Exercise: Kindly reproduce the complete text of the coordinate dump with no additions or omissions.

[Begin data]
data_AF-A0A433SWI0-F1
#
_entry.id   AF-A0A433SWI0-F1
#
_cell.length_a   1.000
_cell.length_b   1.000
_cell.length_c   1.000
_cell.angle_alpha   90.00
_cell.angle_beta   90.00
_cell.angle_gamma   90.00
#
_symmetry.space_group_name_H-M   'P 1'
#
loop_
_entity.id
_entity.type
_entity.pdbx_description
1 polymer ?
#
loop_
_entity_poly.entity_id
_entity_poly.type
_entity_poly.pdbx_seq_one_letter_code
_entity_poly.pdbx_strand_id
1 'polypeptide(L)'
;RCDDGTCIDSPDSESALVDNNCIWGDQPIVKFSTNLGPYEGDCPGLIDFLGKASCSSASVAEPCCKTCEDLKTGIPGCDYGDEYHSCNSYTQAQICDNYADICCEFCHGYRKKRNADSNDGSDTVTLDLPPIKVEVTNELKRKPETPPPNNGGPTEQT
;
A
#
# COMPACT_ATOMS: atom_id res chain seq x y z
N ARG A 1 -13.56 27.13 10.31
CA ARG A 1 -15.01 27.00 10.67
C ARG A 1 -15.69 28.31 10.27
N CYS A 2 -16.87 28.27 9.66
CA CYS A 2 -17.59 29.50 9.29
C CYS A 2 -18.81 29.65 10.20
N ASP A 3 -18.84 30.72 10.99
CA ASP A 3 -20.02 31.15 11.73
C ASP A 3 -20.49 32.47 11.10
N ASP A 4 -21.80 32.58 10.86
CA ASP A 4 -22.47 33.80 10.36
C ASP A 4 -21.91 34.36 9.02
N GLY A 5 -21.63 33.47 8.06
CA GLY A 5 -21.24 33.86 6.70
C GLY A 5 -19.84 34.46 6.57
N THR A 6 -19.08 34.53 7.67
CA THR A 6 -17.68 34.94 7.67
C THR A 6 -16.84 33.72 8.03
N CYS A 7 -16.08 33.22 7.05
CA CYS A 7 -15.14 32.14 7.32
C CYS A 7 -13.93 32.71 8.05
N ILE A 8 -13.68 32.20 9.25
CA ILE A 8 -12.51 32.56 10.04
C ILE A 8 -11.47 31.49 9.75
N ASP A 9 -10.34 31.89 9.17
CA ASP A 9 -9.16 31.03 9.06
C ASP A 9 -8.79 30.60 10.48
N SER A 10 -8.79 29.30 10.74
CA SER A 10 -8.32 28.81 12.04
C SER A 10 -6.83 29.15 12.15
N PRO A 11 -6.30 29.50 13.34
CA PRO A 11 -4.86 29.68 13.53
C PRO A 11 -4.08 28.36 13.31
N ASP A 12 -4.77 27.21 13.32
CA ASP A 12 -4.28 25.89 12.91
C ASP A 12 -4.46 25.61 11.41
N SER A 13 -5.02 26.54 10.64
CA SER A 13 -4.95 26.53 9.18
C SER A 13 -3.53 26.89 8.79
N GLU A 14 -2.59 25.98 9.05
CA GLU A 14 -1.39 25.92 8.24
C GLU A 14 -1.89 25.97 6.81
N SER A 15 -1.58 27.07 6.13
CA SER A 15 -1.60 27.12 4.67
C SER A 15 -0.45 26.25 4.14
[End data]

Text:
data_AF-A0A433SWI0-F1
#
_entry.id   AF-A0A433SWI0-F1
#
_cell.length_a   1.000
_cell.length_b   1.000
_cell.length_c   1.000
_cell.angle_alpha   90.00
_cell.angle_beta   90.00
_cell.angle_gamma   90.00
#
_symmetry.space_group_name_H-M   'P 1'
#
loop_
_entity.id
_entity.type
_entity.pdbx_description
1 polymer ?
#
loop_
_entity_poly.entity_id
_entity_poly.type
_entity_poly.pdbx_seq_one_letter_code
_entity_poly.pdbx_strand_id
1 'polypeptide(L)'
;RCDDGTCIDSPDSESALVDNNCIWGDQPIVKFSTNLGPYEGDCPGLIDFLGKASCSSASVAEPCCKTCEDLKTGIPGCDYGDEYHSCNSYTQAQICDNYADICCEFCHGYRKKRNADSNDGSDTVTLDLPPIKVEVTNELKRKPETPPPNNGGPTEQT
;
A
#
# COMPACT_ATOMS: atom_id res chain seq x y z
N ARG A 1 -13.56 27.13 10.31
CA ARG A 1 -15.01 27.00 10.67
C ARG A 1 -15.69 28.31 10.27
N CYS A 2 -16.87 28.27 9.66
CA CYS A 2 -17.59 29.50 9.29
C CYS A 2 -18.81 29.65 10.20
N ASP A 3 -18.84 30.72 10.99
CA ASP A 3 -20.02 31.15 11.73
C ASP A 3 -20.49 32.47 11.10
N ASP A 4 -21.80 32.58 10.86
CA ASP A 4 -22.47 33.80 10.36
C ASP A 4 -21.91 34.36 9.02
N GLY A 5 -21.63 33.47 8.06
CA GLY A 5 -21.24 33.86 6.70
C GLY A 5 -19.84 34.46 6.57
N THR A 6 -19.08 34.53 7.67
CA THR A 6 -17.68 34.94 7.67
C THR A 6 -16.84 33.72 8.03
N CYS A 7 -16.08 33.22 7.05
CA CYS A 7 -15.14 32.14 7.32
C CYS A 7 -13.93 32.71 8.05
N ILE A 8 -13.68 32.20 9.25
CA ILE A 8 -12.51 32.56 10.04
C ILE A 8 -11.47 31.49 9.75
N ASP A 9 -10.34 31.89 9.17
CA ASP A 9 -9.16 31.03 9.06
C ASP A 9 -8.79 30.60 10.48
N SER A 10 -8.79 29.30 10.74
CA SER A 10 -8.32 28.81 12.04
C SER A 10 -6.83 29.15 12.15
N PRO A 11 -6.30 29.50 13.34
CA PRO A 11 -4.86 29.68 13.53
C PRO A 11 -4.08 28.36 13.31
N ASP A 12 -4.77 27.21 13.32
CA ASP A 12 -4.28 25.89 12.91
C ASP A 12 -4.46 25.61 11.41
N SER A 13 -5.02 26.54 10.64
CA SER A 13 -4.95 26.53 9.18
C SER A 13 -3.53 26.89 8.79
N GLU A 14 -2.59 25.98 9.05
CA GLU A 14 -1.39 25.92 8.24
C GLU A 14 -1.89 25.97 6.81
N SER A 15 -1.58 27.07 6.13
CA SER A 15 -1.60 27.12 4.67
C SER A 15 -0.45 26.25 4.14